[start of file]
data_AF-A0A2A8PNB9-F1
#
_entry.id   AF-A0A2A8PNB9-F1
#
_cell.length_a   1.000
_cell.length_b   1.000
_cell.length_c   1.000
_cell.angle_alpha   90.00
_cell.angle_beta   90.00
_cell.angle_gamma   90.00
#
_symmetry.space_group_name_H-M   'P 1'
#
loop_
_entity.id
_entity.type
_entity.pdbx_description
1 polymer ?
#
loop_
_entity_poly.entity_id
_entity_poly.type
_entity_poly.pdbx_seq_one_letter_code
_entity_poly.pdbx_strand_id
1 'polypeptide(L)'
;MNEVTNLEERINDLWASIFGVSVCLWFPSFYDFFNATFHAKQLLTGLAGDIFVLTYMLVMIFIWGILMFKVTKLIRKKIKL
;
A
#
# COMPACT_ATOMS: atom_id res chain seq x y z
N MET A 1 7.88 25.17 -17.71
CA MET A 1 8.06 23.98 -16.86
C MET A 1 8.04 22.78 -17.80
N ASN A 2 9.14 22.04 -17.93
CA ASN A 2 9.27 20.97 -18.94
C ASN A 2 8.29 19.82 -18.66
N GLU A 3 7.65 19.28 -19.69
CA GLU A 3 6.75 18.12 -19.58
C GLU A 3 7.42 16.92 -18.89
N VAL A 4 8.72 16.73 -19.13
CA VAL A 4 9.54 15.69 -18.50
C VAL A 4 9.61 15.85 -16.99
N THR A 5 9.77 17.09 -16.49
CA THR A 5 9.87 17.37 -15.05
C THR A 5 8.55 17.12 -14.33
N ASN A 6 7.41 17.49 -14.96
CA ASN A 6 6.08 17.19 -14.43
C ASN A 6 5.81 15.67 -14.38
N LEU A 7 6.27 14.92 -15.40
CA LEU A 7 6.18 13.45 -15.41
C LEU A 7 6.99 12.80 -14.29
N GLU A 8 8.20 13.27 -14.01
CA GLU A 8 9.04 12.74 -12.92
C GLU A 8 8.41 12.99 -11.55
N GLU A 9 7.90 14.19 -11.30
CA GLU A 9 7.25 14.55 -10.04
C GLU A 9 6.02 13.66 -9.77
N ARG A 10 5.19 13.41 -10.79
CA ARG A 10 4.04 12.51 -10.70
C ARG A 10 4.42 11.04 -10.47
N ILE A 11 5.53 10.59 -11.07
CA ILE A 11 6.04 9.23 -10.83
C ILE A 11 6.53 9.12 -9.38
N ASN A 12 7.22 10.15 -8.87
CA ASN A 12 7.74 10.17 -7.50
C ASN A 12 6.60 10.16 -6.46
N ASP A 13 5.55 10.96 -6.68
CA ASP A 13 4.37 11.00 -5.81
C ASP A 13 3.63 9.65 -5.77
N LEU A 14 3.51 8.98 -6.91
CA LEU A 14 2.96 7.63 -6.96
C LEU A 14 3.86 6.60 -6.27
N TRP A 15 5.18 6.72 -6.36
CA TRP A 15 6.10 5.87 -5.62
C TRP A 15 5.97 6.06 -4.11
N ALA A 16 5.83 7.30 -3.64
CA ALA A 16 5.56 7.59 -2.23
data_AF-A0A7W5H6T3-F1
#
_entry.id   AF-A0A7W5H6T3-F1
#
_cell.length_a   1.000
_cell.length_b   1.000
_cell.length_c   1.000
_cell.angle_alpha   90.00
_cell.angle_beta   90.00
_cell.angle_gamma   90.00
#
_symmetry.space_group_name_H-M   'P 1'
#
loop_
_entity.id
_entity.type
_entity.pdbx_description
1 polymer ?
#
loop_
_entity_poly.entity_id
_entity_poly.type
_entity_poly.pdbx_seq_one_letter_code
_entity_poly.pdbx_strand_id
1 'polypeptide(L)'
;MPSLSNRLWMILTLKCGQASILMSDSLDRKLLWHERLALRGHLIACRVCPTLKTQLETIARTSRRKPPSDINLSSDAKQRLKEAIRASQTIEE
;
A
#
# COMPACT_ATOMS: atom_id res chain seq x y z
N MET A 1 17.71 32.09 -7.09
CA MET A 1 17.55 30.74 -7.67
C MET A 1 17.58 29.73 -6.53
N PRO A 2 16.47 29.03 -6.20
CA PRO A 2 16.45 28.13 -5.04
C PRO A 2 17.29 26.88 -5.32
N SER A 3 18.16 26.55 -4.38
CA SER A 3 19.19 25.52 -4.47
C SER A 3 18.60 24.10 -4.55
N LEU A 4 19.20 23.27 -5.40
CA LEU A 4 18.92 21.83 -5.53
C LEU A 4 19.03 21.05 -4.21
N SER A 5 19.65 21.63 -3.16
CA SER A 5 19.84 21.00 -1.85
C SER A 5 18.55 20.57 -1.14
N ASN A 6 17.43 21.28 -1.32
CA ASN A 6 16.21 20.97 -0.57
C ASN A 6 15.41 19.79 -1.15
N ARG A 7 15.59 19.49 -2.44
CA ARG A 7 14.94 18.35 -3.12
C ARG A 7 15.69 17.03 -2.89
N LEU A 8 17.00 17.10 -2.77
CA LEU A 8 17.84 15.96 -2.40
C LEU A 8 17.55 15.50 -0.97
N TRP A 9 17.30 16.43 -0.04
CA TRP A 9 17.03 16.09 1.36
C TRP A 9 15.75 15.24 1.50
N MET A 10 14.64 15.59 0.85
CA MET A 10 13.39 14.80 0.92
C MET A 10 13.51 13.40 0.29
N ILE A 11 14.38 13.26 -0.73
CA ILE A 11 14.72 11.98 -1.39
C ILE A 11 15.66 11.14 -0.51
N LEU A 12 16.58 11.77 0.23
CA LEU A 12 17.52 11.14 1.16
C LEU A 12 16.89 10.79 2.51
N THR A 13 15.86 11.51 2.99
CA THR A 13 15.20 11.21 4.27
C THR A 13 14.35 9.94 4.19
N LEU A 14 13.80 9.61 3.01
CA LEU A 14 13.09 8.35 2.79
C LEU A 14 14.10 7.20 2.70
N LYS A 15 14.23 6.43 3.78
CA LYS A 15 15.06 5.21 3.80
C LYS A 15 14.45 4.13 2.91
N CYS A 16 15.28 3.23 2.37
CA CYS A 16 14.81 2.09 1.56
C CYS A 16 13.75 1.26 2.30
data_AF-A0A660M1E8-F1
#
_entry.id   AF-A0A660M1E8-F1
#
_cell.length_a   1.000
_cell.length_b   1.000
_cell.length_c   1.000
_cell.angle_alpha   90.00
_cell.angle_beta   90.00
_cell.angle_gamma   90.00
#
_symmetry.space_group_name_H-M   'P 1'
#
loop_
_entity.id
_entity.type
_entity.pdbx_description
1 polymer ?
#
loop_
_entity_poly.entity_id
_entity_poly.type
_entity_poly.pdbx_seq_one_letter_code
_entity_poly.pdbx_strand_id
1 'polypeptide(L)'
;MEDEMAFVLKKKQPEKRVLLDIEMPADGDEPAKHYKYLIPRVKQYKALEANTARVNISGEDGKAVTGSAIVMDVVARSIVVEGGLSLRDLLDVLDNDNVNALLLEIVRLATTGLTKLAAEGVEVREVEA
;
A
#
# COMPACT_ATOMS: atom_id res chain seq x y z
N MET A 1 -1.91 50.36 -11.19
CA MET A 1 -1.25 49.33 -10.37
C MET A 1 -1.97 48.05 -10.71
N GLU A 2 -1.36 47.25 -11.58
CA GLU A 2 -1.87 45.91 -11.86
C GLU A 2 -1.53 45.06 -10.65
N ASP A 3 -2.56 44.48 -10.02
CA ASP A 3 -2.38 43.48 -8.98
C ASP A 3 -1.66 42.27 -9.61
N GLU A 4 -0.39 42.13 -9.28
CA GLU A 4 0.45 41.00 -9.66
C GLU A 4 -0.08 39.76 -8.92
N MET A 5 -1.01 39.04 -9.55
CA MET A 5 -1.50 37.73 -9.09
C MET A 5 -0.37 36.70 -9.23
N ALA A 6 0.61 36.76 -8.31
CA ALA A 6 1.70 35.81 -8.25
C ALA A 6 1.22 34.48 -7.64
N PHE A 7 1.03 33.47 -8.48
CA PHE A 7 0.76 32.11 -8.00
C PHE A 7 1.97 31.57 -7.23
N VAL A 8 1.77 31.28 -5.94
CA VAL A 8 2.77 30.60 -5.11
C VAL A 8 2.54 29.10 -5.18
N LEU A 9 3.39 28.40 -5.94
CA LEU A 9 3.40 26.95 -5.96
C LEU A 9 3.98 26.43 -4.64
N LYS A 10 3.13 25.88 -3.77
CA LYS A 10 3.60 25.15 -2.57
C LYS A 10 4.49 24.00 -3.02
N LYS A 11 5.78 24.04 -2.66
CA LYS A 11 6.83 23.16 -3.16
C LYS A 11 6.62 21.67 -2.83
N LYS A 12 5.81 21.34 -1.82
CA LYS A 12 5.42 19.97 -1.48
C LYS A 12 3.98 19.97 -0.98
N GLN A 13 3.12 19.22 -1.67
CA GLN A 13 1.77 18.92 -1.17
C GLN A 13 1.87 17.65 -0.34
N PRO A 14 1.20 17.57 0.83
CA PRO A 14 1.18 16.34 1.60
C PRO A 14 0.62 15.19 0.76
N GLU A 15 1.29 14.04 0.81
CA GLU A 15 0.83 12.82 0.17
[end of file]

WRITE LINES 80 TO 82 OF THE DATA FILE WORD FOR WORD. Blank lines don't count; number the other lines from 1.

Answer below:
_entry.id   AF-A0A7W5H6T3-F1
#
_cell.length_a   1.000